By: Gene Walden, Senior Finance Editor February 01, 2018
The economy continued to show improvement in several key areas in January, overshadowing a mediocre 4th quarter 2017 gross domestic product (GDP) report. The stock markets – both in the U.S. and abroad – posted strong gains, oil prices continued to rally, personal income continued to climb, and both retail sales and employment improved during the month.
GDP growth for the 4th quarter of 2017 slipped to 2.6% from an annualized rate of 3.2% in the 3rd quarter. But that was not unexpected since 4th quarter growth has trailed 2nd and 3rd quarter growth the past several years. For all of 2017, GDP, a leading measure of the economy, grew an estimated 2.3% compared with a growth rate of 1.5% in 2016, according to the U.S. Bureau of Economic Analysis.
Here are some other highlights from the past month covered in more detail later in this report:
- Americans are making more but saving less. Personal income continues to rise while savings rates drop.
- Retail sales solid. Retail sales have continued to improve, according to the U.S. Department of Commerce.
- Employment keeps rolling. Employers continued to add jobs as the unemployment rate remained at just 4.1%.
- Bond yields jump. The yield on 10-year U.S. Treasuries had one of its biggest monthly increases in years in January.
What’s ahead for the economy? See the February 2018 Market Outlook: As the Yield Curve Flattens, Economic Downturn Still Nowhere in Sight by Mark Simenstad, Chief Investment Strategist, Thrivent Asset Management.
U.S. Stocks Start the Year Strong
The U.S. stock market continued to move up in January, with a 5.62% gain for the S&P 500® – from 2,673.61 at the end of 2017 to 2,823.81 at the close of January 2018. The total return of the S&P 500 for the month was 5.73%. The S&P 500 Index is a market-cap weighted index that represents the average performance of a group of 500 large-capitalization stocks.
The NASDAQ Index had an even stronger month, up 7.36%, from 6,903.39 at the close of 2017 to 7,411.48 at the end of January. The NASDAQ (National Association of Securities Dealers Automated Quotations) is an electronic stock exchange with more than 3,300 company listings.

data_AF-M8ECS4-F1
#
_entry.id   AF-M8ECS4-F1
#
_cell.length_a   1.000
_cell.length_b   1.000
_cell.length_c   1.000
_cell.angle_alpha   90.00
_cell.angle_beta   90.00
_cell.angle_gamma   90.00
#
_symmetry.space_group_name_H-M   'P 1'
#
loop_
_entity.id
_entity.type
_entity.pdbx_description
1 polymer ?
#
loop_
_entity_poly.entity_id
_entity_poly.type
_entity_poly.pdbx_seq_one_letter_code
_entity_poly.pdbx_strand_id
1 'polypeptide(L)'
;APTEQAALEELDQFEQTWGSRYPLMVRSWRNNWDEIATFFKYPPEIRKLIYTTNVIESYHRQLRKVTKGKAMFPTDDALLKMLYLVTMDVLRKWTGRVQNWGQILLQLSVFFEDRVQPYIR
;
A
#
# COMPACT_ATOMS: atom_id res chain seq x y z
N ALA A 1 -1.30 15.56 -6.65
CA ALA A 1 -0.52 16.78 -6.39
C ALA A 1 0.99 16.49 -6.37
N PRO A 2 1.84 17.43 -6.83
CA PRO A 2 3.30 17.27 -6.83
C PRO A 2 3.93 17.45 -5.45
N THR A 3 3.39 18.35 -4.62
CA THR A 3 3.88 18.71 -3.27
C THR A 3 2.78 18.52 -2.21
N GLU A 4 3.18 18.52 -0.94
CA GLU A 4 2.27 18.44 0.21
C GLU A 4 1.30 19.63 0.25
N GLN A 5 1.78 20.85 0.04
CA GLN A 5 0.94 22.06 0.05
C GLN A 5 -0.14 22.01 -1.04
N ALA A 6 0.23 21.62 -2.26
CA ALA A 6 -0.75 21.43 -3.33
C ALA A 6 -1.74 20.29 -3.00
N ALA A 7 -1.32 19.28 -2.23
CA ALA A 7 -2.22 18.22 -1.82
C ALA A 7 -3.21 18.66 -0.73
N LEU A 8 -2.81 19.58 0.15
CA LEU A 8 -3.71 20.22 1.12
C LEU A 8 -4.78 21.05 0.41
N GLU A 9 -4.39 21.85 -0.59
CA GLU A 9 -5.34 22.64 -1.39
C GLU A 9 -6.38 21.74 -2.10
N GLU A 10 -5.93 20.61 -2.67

Personal Income Rises but Savings Keep Falling
Personal income increased $178.9 billion in the 4th quarter, compared with an increase of $112.3 billion in the 3rd, reflecting an upturn in wages and personal interest income, according to the U.S. Bureau of Economic Analysis report on “National Income and Product” issued January 26.
Disposable personal income increased $139.0 billion, or 3.9%, in the 4th quarter, compared with an increase of $73.8 billion, or 2.1%, in the 3rd.
However personal savings continues to fall despite the rising income. Personal saving was $384.4 billion in the 4th quarter of 2017, compared with $478.3 billion in the 3rd quarter.
The personal saving rate – personal savings as a percentage of disposable personal income – was just 2.6% in the 4th quarter, compared with 3.3% in the 3rd.
Savings rates have been trending down since 2012 when the rate reached about 11%. As the economy improved, savings rates dropped to the 5% range by mid-2016, and then tumbled again in 2017 to 2.6%, which is the lowest level since 2007.
Sometimes referred to as a “wealth effect,” when markets are up and property values are increasing, consumers feel more economically secure so they become less diligent about their savings. That’s why, under opposite conditions, the savings rate reached 11% in 2012 in the wake of the recession when consumers were still worried about the economy. The savings rate has dropped steadily since then as economic conditions brightened. (See: Is Apathy Driving Down Savings Rates?)
Retail Sales Solid
Retail sales continued to climb in December, with a 0.4% increase from the previous month, according to the advance monthly retail sales report issued January 12 by the U.S. Department of Commerce. Total sales for the 12 months of 2017 were up 4.2% from 2016.
Among retail categories, motor vehicle sales were up 4.5% for all of 2017, building and garden equipment and supplies sales were up 8.0%, department store sales were down 1.8%, and non-store sales (primarily online) led all categories, up 10.4%.
Employment Still Improving